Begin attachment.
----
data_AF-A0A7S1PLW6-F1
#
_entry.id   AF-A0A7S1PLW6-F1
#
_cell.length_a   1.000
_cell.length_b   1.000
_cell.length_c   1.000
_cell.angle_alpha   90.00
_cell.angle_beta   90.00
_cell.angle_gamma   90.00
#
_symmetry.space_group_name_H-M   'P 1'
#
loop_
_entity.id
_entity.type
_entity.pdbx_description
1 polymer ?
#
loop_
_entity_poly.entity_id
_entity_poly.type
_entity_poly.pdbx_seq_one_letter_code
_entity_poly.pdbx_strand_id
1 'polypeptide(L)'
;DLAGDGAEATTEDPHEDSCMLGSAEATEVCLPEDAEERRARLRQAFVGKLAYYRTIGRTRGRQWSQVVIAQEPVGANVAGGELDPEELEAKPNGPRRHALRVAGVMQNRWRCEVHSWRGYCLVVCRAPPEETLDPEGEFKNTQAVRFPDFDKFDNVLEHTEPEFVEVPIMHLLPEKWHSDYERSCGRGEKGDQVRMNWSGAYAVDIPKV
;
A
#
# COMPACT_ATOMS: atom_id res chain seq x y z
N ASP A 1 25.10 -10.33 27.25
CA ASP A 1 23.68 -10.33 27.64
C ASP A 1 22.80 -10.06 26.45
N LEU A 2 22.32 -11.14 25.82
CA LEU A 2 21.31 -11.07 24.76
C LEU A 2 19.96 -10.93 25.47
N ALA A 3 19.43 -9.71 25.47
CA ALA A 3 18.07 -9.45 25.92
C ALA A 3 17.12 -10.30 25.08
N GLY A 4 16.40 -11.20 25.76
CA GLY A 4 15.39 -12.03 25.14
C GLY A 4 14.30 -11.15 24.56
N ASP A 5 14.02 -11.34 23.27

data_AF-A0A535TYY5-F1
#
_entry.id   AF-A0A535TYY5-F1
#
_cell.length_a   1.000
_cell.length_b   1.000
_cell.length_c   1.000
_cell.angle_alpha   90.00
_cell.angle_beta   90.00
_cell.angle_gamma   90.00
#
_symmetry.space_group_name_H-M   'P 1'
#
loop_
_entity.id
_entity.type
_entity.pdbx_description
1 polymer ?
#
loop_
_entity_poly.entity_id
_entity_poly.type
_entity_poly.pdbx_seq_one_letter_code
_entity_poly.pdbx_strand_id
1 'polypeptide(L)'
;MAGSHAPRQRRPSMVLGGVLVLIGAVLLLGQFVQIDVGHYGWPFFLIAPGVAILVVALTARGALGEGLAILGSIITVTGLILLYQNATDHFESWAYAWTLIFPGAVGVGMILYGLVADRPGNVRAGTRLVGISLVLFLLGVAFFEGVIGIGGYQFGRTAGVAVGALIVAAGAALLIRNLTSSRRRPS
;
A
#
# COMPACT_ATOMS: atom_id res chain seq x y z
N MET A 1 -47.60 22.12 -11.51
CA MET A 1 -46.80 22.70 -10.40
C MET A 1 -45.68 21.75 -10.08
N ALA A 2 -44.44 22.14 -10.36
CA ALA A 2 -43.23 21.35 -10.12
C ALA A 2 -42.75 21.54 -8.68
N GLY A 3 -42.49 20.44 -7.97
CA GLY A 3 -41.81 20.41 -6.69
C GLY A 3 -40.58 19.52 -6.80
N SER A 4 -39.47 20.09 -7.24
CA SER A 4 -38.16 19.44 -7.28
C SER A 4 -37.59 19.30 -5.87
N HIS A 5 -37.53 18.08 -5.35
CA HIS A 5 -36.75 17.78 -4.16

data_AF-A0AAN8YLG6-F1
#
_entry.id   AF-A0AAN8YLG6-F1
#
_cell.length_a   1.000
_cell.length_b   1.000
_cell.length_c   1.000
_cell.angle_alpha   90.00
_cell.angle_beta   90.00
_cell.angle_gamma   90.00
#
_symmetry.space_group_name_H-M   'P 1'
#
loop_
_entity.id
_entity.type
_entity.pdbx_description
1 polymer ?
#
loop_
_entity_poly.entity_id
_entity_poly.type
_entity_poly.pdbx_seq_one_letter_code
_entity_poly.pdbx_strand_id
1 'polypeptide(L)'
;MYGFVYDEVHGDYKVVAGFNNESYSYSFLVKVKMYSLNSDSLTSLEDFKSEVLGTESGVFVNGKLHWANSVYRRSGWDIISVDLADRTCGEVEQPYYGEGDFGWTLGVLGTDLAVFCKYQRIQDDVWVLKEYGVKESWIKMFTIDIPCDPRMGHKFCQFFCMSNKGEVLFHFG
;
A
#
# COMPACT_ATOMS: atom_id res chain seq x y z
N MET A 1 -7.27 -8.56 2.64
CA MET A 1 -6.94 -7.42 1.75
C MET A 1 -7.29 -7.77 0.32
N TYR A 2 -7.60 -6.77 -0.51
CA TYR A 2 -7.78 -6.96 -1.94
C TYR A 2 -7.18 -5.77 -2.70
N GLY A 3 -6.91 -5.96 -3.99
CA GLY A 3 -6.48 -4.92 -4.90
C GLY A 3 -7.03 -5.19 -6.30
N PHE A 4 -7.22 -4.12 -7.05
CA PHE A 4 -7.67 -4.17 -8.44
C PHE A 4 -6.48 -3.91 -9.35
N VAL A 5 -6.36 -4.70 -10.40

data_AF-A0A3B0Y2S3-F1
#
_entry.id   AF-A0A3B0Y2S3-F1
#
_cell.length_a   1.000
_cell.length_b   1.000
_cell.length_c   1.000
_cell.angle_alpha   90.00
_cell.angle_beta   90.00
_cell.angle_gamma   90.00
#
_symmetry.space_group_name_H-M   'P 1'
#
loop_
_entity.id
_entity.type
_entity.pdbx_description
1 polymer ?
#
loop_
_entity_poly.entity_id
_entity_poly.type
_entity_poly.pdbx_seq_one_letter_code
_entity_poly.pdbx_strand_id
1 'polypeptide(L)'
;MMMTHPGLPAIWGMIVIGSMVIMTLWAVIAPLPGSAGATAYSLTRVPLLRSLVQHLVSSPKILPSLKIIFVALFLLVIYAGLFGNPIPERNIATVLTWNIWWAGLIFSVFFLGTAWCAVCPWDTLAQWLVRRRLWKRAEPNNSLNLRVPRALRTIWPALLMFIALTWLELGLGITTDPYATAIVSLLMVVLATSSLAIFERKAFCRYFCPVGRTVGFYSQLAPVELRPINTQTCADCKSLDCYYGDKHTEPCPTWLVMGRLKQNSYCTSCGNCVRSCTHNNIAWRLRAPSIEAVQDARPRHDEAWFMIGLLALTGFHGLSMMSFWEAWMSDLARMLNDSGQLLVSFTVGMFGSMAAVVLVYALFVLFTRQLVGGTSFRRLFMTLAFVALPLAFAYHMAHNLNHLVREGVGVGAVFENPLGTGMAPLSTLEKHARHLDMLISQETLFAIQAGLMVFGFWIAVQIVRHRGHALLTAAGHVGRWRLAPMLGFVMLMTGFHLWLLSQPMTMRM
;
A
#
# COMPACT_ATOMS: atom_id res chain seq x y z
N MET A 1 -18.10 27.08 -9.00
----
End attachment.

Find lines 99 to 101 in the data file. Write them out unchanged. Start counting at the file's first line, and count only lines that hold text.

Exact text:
_symmetry.space_group_name_H-M   'P 1'
#
loop_